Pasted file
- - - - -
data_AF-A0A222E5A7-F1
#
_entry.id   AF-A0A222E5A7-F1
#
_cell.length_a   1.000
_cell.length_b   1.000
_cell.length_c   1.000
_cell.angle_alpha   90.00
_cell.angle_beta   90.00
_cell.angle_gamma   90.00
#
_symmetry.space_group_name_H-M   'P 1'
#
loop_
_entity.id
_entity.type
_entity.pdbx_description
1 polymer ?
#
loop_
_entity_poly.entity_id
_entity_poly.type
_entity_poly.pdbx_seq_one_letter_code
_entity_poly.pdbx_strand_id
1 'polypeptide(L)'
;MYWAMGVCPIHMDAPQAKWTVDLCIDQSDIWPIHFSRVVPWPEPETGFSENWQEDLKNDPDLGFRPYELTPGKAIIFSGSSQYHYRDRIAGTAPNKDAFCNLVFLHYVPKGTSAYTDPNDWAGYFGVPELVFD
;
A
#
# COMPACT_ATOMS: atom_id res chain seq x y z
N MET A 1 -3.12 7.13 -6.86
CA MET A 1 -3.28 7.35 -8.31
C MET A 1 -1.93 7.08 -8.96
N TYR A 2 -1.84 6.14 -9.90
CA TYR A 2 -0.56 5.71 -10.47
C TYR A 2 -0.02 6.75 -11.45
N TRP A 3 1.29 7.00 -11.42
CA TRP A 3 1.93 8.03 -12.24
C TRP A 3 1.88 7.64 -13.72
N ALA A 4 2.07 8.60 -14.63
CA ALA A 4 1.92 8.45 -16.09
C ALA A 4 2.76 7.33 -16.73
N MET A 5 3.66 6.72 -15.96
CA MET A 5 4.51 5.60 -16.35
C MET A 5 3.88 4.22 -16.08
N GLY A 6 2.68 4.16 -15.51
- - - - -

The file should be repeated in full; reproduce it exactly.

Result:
data_AF-A0A222E5A7-F1
#
_entry.id   AF-A0A222E5A7-F1
#
_cell.length_a   1.000
_cell.length_b   1.000
_cell.length_c   1.000
_cell.angle_alpha   90.00
_cell.angle_beta   90.00
_cell.angle_gamma   90.00
#
_symmetry.space_group_name_H-M   'P 1'
#
loop_
_entity.id
_entity.type
_entity.pdbx_description
1 polymer ?
#
loop_
_entity_poly.entity_id
_entity_poly.type
_entity_poly.pdbx_seq_one_letter_code
_entity_poly.pdbx_strand_id
1 'polypeptide(L)'
;MYWAMGVCPIHMDAPQAKWTVDLCIDQSDIWPIHFSRVVPWPEPETGFSENWQEDLKNDPDLGFRPYELTPGKAIIFSGSSQYHYRDRIAGTAPNKDAFCNLVFLHYVPKGTSAYTDPNDWAGYFGVPELVFD
;
A
#
# COMPACT_ATOMS: atom_id res chain seq x y z
N MET A 1 -3.12 7.13 -6.86
CA MET A 1 -3.28 7.35 -8.31
C MET A 1 -1.93 7.08 -8.96
N TYR A 2 -1.84 6.14 -9.90
CA TYR A 2 -0.56 5.71 -10.47
C TYR A 2 -0.02 6.75 -11.45
N TRP A 3 1.29 7.00 -11.42
CA TRP A 3 1.93 8.03 -12.24
C TRP A 3 1.88 7.64 -13.72
N ALA A 4 2.07 8.60 -14.63
CA ALA A 4 1.92 8.45 -16.09
C ALA A 4 2.76 7.33 -16.73
N MET A 5 3.66 6.72 -15.96
CA MET A 5 4.51 5.60 -16.35
C MET A 5 3.88 4.22 -16.08
N GLY A 6 2.68 4.16 -15.51